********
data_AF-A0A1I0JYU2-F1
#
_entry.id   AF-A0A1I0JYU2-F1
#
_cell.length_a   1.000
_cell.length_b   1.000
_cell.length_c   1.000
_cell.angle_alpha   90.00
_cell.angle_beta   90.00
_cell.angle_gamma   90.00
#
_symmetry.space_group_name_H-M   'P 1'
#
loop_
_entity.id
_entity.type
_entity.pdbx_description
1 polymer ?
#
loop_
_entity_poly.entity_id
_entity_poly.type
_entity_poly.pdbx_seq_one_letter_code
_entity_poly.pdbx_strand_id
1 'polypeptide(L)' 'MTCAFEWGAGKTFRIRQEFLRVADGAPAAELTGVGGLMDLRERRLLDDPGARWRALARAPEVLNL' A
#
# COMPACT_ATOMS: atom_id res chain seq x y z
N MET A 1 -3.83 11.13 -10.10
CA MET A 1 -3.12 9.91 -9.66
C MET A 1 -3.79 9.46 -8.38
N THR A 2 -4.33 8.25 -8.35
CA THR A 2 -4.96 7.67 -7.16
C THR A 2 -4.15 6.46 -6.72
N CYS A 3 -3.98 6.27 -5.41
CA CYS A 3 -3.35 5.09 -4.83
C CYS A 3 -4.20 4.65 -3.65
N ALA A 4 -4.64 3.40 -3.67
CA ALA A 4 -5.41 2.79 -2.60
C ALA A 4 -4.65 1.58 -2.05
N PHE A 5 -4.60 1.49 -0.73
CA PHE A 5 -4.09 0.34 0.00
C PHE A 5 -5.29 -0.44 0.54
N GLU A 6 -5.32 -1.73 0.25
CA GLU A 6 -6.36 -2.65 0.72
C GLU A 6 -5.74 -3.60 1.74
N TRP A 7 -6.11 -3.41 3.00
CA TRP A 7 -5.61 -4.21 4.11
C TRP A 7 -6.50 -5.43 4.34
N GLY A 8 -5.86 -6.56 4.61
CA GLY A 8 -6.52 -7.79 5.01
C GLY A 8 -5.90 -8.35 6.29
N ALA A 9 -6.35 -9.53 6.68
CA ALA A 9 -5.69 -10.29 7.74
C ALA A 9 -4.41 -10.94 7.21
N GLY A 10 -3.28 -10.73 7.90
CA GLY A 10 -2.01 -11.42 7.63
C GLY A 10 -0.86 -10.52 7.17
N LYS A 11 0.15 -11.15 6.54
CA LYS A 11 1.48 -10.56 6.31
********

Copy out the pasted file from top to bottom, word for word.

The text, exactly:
data_AF-A0A1I0JYU2-F1
#
_entry.id   AF-A0A1I0JYU2-F1
#
_cell.length_a   1.000
_cell.length_b   1.000
_cell.length_c   1.000
_cell.angle_alpha   90.00
_cell.angle_beta   90.00
_cell.angle_gamma   90.00
#
_symmetry.space_group_name_H-M   'P 1'
#
loop_
_entity.id
_entity.type
_entity.pdbx_description
1 polymer ?
#
loop_
_entity_poly.entity_id
_entity_poly.type
_entity_poly.pdbx_seq_one_letter_code
_entity_poly.pdbx_strand_id
1 'polypeptide(L)' 'MTCAFEWGAGKTFRIRQEFLRVADGAPAAELTGVGGLMDLRERRLLDDPGARWRALARAPEVLNL' A
#
# COMPACT_ATOMS: atom_id res chain seq x y z
N MET A 1 -3.83 11.13 -10.10
CA MET A 1 -3.12 9.91 -9.66
C MET A 1 -3.79 9.46 -8.38
N THR A 2 -4.33 8.25 -8.35
CA THR A 2 -4.96 7.67 -7.16
C THR A 2 -4.15 6.46 -6.72
N CYS A 3 -3.98 6.27 -5.41
CA CYS A 3 -3.35 5.09 -4.83
C CYS A 3 -4.20 4.65 -3.65
N ALA A 4 -4.64 3.40 -3.67
CA ALA A 4 -5.41 2.79 -2.60
C ALA A 4 -4.65 1.58 -2.05
N PHE A 5 -4.60 1.49 -0.73
CA PHE A 5 -4.09 0.34 0.00
C PHE A 5 -5.29 -0.44 0.54
N GLU A 6 -5.32 -1.73 0.25
CA GLU A 6 -6.36 -2.65 0.72
C GLU A 6 -5.74 -3.60 1.74
N TRP A 7 -6.11 -3.41 3.00
CA TRP A 7 -5.61 -4.21 4.11
C TRP A 7 -6.50 -5.43 4.34
N GLY A 8 -5.86 -6.56 4.61
CA GLY A 8 -6.52 -7.79 5.01
C GLY A 8 -5.90 -8.35 6.29
N ALA A 9 -6.35 -9.53 6.68
CA ALA A 9 -5.69 -10.29 7.74
C ALA A 9 -4.41 -10.94 7.21
N GLY A 10 -3.28 -10.73 7.90
CA GLY A 10 -2.01 -11.42 7.63
C GLY A 10 -0.86 -10.52 7.17
N LYS A 11 0.15 -11.15 6.54
CA LYS A 11 1.48 -10.56 6.31